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Vet Microbiol. 1999 Sep 1;69(1-2):29-40.

Host range relationships and the evolution of canine parvovirus.

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James A. Baker Institute, College of Veterinary Medicine, Cornell University Ithaca, NY 14853, USA.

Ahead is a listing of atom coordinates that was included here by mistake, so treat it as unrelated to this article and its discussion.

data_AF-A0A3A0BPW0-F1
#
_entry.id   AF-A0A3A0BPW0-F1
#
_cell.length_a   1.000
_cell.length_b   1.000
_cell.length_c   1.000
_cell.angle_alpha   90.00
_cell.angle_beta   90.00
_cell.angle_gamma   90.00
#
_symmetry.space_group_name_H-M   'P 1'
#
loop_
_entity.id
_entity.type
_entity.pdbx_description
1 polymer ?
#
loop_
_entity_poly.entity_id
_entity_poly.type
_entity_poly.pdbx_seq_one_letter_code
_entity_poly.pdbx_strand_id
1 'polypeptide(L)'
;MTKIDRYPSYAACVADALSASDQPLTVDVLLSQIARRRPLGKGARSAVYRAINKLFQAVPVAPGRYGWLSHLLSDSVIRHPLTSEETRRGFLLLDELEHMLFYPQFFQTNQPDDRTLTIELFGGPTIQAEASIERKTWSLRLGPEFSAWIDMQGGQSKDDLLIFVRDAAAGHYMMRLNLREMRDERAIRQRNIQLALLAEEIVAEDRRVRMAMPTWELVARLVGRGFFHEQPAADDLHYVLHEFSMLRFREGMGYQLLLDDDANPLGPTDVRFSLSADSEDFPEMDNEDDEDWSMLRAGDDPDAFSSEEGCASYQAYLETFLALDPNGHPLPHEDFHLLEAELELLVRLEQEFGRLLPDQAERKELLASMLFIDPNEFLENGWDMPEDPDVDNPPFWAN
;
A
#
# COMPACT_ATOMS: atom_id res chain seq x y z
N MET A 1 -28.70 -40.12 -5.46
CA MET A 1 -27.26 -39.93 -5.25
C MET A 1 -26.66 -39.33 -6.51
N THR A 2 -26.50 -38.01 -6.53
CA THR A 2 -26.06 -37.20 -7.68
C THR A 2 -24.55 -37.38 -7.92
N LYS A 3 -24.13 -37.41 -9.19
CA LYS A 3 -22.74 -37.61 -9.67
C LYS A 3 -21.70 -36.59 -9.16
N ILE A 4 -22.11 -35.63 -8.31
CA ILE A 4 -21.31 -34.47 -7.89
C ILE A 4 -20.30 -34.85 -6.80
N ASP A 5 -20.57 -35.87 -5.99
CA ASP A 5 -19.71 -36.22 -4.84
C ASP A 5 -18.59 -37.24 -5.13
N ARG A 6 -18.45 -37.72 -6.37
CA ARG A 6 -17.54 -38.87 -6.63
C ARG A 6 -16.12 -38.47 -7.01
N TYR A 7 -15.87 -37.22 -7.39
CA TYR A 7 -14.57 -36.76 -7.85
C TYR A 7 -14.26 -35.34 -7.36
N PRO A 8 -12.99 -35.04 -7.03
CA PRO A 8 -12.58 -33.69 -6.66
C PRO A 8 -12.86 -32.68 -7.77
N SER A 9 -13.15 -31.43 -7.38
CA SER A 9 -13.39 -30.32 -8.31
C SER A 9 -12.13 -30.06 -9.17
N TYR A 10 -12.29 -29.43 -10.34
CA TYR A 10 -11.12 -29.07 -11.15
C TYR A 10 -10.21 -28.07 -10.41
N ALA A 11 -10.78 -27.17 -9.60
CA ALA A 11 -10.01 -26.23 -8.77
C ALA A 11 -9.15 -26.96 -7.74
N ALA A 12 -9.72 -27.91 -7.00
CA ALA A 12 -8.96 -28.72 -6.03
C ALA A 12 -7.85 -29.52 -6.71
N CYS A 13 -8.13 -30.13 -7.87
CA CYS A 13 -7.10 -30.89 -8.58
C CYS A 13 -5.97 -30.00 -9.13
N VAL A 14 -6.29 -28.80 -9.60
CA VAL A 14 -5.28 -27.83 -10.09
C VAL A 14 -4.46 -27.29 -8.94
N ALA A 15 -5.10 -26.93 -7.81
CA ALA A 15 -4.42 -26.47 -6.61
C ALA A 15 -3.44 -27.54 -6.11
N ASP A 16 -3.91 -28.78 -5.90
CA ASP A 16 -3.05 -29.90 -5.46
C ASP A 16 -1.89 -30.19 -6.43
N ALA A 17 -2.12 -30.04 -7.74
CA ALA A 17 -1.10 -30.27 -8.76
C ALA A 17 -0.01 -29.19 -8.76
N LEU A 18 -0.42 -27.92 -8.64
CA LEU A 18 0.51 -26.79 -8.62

Canine parvovirus (CPV) is an example of an unusual class of emerging virus-those that gain an altered host range through genetic variation and subsequently become widespread pathogens of their new and previously resistant host species. CPV was first detected in 1978 as the cause of new diseases in dogs throughout the world, when it rapidly spread throughout domestic populations, as well as becoming widespread in wild dogs. CPV was soon shown to be a variant of the long recognized feline panleukopenia virus (FPV), from which it differed in less than 1% at the nucleotide sequence level. Genetic analysis showed that virtually all of the biological differences between CPV and FPV, including the canine host range, were determined by three or four sequence differences in the viral capsid protein gene. Analysis of the atomic structures of the CPV and FPV capsids showed that the differences controlling host range were located within two different structural regions and were exposed on the capsid surface. The CPV which first emerged in 1978 appeared to be derived from a single ancestral sequence, which has allowed the ready analysis of the subsequent evolution of the virus in nature. Sequence analysis has also revealed that CPV strains have undergone a series of evolutionary selections in nature which have resulted in the global distribution of new virus variants. This was first seen in the global replacement between 1979 and 1981 of the original (1978) strain of the virus by a genetically and antigenically variant strain, and the subsequent widespread selection of other variants which have also become globally distributed. The genetic and antigenic variation in the virus strains was also correlated with changes in the host range of the virus, in particular in the ability to replicate in cats, and in canine host range differences seen in tissue culture cells.

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